The quest for happiness involves a desire for belonging and feelings of wholeness and inner peace. These longings are arguably at the core of most of our aspirations and motivations. While the yearning for happiness is an inevitable part of human nature, happiness is often confused for something that it is not. Happiness is mistaken as something fleeting that you can attempt to grasp by chasing highs, avoiding painful realities through numbing or positive thinking, and idealizing an overbooked and overstimulating lifestyle. This comes at the expense of emotional depth and leading a meaningful life that would lead to sustainable happiness. For this reason, many people feel unfulfilled even when they gain the things that they thought would make them happy.
Sustainable Fulfillment vs. A Momentary High
In modern society, people are socialized to favor excitement and instant gratification. We are also encouraged to bypass challenging emotions or moments of stillness through distraction and avoidance. While these are all helpful coping strategies, their overuse can lead to feelings of loneliness and emptiness no matter how busy your life is. Avoidance can also cause a sense of lostness, discontentment, and disconnection from meaning and your purpose in life.
As you know, anything that you avoid within yourself will eventually catch up with you over time. You can't run away from yourself, and life will bring forth challenges that require you to slow down and look within.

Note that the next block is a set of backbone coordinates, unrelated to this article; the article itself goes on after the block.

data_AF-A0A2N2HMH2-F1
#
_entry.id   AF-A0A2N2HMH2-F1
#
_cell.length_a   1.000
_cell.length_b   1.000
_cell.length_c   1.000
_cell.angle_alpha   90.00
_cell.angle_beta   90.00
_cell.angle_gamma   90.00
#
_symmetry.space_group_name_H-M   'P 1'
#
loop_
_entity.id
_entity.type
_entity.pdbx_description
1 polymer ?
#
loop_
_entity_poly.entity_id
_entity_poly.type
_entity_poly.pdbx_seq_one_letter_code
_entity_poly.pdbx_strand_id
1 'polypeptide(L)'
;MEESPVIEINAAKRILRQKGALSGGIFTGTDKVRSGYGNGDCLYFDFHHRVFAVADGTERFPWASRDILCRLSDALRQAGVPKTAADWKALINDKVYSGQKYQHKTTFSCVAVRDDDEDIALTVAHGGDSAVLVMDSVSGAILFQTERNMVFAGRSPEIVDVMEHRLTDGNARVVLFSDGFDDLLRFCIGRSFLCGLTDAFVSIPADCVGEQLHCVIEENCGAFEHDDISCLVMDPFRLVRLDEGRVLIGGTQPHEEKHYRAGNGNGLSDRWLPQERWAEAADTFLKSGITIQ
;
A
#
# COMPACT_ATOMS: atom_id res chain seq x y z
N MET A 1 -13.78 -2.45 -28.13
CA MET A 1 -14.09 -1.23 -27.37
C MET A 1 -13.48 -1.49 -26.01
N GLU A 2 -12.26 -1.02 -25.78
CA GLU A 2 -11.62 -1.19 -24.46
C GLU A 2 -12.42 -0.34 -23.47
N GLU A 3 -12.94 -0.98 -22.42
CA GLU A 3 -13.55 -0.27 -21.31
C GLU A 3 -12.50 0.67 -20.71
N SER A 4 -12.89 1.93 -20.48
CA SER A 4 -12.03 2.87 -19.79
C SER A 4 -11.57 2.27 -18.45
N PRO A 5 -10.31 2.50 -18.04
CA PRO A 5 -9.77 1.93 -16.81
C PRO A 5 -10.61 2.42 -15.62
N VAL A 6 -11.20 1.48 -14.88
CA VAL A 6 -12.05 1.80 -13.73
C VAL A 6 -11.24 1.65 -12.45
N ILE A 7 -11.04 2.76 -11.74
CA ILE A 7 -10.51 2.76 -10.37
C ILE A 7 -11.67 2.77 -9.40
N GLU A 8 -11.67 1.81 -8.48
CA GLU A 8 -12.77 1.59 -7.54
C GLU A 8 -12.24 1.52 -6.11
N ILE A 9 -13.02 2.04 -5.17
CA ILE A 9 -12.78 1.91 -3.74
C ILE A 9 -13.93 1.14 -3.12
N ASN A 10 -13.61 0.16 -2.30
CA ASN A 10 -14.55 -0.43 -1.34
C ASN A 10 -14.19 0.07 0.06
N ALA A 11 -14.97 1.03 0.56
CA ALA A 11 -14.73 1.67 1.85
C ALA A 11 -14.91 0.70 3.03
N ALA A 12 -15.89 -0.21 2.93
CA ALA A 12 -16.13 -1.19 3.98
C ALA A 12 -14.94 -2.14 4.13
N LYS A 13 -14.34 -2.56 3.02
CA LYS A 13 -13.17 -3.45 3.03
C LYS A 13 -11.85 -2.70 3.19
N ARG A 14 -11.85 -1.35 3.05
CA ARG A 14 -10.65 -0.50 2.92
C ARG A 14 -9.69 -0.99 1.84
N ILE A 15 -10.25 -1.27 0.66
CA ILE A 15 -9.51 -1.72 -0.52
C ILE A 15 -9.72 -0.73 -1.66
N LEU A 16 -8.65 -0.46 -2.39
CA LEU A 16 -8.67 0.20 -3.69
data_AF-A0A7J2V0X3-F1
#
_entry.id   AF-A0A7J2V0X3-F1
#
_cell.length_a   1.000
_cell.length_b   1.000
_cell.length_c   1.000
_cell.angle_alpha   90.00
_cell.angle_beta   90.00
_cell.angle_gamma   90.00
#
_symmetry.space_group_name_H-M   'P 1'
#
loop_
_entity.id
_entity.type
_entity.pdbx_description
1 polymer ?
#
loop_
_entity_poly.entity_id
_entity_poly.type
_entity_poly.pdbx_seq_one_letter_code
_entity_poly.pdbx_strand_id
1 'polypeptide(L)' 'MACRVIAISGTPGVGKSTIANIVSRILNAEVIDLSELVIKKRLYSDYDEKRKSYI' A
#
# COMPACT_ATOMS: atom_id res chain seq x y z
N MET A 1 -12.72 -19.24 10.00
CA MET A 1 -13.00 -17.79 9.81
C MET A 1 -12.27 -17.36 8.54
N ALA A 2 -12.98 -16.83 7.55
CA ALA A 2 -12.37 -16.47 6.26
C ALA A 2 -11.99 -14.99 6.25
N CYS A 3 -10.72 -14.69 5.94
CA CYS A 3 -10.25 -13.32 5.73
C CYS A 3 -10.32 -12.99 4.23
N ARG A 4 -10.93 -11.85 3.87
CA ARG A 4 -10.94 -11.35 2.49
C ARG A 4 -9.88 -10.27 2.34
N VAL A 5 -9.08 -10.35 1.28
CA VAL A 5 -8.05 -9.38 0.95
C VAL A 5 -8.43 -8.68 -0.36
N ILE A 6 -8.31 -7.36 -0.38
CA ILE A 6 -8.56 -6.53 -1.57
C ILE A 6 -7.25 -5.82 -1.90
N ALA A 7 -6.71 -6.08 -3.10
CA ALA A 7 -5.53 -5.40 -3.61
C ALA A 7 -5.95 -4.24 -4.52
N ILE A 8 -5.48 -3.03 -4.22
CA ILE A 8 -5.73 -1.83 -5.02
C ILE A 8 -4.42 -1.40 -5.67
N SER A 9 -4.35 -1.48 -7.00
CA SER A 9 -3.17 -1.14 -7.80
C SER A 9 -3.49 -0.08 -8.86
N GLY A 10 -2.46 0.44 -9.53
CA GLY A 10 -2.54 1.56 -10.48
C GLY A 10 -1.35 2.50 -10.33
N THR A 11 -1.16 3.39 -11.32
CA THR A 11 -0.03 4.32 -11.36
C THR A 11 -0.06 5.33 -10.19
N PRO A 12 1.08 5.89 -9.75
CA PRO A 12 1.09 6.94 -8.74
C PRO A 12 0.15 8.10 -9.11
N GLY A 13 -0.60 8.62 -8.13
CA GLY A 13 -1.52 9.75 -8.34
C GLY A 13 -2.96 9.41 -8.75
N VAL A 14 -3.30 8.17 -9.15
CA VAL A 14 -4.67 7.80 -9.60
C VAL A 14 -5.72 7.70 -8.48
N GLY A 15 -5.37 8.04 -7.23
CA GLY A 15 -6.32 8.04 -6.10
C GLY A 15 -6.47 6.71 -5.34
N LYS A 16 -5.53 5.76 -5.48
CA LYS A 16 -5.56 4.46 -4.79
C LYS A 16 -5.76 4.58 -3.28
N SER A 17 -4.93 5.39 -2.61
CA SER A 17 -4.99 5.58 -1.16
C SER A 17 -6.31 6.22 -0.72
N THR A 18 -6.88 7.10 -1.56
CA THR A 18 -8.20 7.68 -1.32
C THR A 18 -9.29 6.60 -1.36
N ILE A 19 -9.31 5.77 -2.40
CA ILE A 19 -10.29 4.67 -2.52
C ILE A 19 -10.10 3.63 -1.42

Life is filled with unpredictable situations, confusing feelings, and things that make us sad or grieve for a long time. In these moments, we are forced to feel these things and face difficult truths about our life choices and how we show up in the world. These challenging times also remind us of our humanity and provide us with an opportunity to engage in life in a meaningful and purposeful way.
Lack of fulfillment can lead to depression, anxiety, and a feeling that you have a bottomless emotional or physical void within you. Many people try to remedy this by attempting to fill the void with food, alcohol and other substances, shopping for excessive material items, or surrounding themselves with noise to serve as a distraction. This leads to a momentary break from facing the discomfort of the void but ultimately causes you to feel even more depleted while also setting yourself up to crave the next quick fix.
Oftentimes, this comes as a result of being unhappy in your environment, relationships, or your job. Sometimes it’s useful to focus on fostering your own internal sense of fulfillment before making big changes in your environment. Other times, it's important to make situational changes to create emotional space to cultivate more meaning in your life.
If you don't currently feel fulfilled in your job, relationships, or your environment, you might feel overwhelmed about what to do or where to start. Here’s one way to explore your next steps.
Ask yourself whether you need to make a change to your environment or situation, or if you need to shift your approach to the situation?